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German inflation in May was confirmed at a post-unification high, data from Destatis showed, due to energy prices. The annual inflation rate was 7.9% for May, accelerating from 7.4% in April and in line with an earlier flash reading. Energy product prices jumped 38% on a year before, with heating oil, natural gas and motor fuel prices all surging. On a pan-EU harmonised basis, prices rose 8.7% on a year before and 1.1% month-on-month, both readings confirming the flash figures.

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UK Prime Minister Boris Johnson has triggered a fresh dispute with the EU as his government set out plans to override the agreement governing Northern Ireland's post-Brexit trading arrangements. The Irish government said the measures marked a ‘new low point’ and accused Johnson's administration of ‘breaking the law’. The European Commission said it would take ‘proportionate’ action to secure the implementation of the protocol, beginning with the resumption of legal proceedings against the UK, which it suspended in September. The prime minister insisted the Northern Ireland Protocol Bill contained only minor, bureaucratic changes, while Downing Street said it was an ‘insurance mechanism’ in case a negotiated agreement with the EU could not be found.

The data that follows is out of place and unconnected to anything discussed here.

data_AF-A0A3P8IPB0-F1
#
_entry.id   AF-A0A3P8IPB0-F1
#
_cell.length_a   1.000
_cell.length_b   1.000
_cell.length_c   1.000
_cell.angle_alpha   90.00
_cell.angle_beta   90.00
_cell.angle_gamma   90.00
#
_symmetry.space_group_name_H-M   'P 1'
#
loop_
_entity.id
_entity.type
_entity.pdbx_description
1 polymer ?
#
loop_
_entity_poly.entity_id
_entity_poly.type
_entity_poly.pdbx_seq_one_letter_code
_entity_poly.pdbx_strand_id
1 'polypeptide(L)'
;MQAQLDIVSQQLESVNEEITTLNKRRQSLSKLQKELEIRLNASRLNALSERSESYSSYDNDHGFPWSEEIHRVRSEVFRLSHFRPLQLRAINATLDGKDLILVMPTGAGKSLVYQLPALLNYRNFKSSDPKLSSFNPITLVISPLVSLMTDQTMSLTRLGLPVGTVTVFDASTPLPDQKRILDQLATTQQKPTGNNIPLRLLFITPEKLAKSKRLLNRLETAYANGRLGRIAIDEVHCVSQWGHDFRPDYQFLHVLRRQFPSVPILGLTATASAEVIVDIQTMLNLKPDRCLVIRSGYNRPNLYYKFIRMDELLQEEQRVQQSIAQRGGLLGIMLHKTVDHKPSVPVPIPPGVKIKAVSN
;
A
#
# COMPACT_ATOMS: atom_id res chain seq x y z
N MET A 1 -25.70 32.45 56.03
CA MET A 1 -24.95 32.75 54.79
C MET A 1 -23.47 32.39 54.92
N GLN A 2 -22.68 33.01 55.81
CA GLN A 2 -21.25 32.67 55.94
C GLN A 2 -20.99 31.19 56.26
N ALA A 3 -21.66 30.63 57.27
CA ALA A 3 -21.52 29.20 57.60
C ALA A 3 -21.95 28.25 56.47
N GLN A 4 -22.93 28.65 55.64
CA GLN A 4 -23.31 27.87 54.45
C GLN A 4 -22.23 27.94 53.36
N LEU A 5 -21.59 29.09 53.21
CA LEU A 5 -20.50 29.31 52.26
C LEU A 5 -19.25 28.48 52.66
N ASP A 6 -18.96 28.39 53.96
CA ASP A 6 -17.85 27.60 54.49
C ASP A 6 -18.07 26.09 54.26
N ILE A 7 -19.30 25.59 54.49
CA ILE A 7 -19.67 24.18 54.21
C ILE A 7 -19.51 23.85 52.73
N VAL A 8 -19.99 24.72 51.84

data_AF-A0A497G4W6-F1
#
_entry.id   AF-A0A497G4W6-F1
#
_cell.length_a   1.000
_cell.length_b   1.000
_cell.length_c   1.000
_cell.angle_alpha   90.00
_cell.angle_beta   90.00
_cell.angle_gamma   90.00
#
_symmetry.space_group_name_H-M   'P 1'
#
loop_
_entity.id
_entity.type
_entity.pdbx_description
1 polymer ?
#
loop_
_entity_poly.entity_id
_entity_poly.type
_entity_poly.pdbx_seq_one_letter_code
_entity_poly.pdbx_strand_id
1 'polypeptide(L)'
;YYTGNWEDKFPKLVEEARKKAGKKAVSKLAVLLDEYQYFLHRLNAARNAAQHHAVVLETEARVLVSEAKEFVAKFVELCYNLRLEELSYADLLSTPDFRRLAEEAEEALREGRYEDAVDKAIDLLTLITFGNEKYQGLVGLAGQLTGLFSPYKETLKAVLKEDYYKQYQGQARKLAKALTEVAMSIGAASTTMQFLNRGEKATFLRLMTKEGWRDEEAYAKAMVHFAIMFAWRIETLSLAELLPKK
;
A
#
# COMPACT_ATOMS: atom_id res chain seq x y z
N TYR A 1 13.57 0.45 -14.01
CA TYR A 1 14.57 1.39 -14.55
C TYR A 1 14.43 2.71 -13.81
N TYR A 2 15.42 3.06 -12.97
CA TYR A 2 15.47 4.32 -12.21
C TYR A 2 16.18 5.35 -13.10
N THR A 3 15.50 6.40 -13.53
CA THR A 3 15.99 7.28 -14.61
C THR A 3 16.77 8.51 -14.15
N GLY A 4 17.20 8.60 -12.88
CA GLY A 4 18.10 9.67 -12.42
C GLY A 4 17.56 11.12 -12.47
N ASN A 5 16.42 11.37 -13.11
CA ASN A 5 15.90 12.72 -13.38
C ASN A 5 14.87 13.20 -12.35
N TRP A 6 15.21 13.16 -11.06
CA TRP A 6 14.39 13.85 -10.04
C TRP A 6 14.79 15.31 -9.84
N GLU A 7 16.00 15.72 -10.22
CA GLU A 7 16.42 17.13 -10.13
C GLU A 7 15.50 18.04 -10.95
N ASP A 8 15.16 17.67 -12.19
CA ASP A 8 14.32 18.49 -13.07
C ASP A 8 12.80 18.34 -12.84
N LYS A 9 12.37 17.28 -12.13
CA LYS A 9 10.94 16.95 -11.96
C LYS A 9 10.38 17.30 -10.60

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Ukraine's president has made an impassioned plea to Western allies to speed arms deliveries and help stem ‘terrifying’ casualties as Russian forces lay siege to the eastern city of Severodonetsk, destroying the last bridges into the industrial hub. The cities of Severodonetsk and Lysychansk have been targeted for weeks as the last areas in the eastern Donbas region of Lugansk still under Ukrainian control. President Volodymyr Zelensky said Monday the human cost of the battle for the region was ‘simply terrifying’. Zelensky expressed confidence in Ukraine's ability to reclaim territory, calling on the nation's allies to send more weapons.

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Industrial production in Japan fell at a slightly sharper pace than expected in April. According to the Ministry of Economy, Trade & Industry, industrial output in Japan shrank by 4.9% yearly in April, following a 1.7% decline in March. Output for April had been expected to fall by 4.8% yearly, according to consensus cited by FXStreet. On a monthly basis, industrial production fell by 1.5% in April, having risen 0.3% in March from February. The monthly figure for April fell short of expectations of a smaller 1.3% decline.

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The top Chinese and US security advisers have held lengthy talks, with both sides describing them as ‘candid’ following days of acrimonious exchanges over Taiwan and other flashpoint issues. Readouts of the meeting in Luxembourg on Monday were toned down compared with last week, when China's defence minister warned his country would not ‘hesitate to start a war’ over Taiwan, while the US defence secretary blasted Beijing's ‘provocative, destabilising’ military activity. But US security advisor Jake Sullivan and top diplomat Yang Jiechi did not indicate any compromise on their core points of disagreement, especially Taiwan. China considers the self-ruled island a part of its territory, to be seized by force one day if necessary.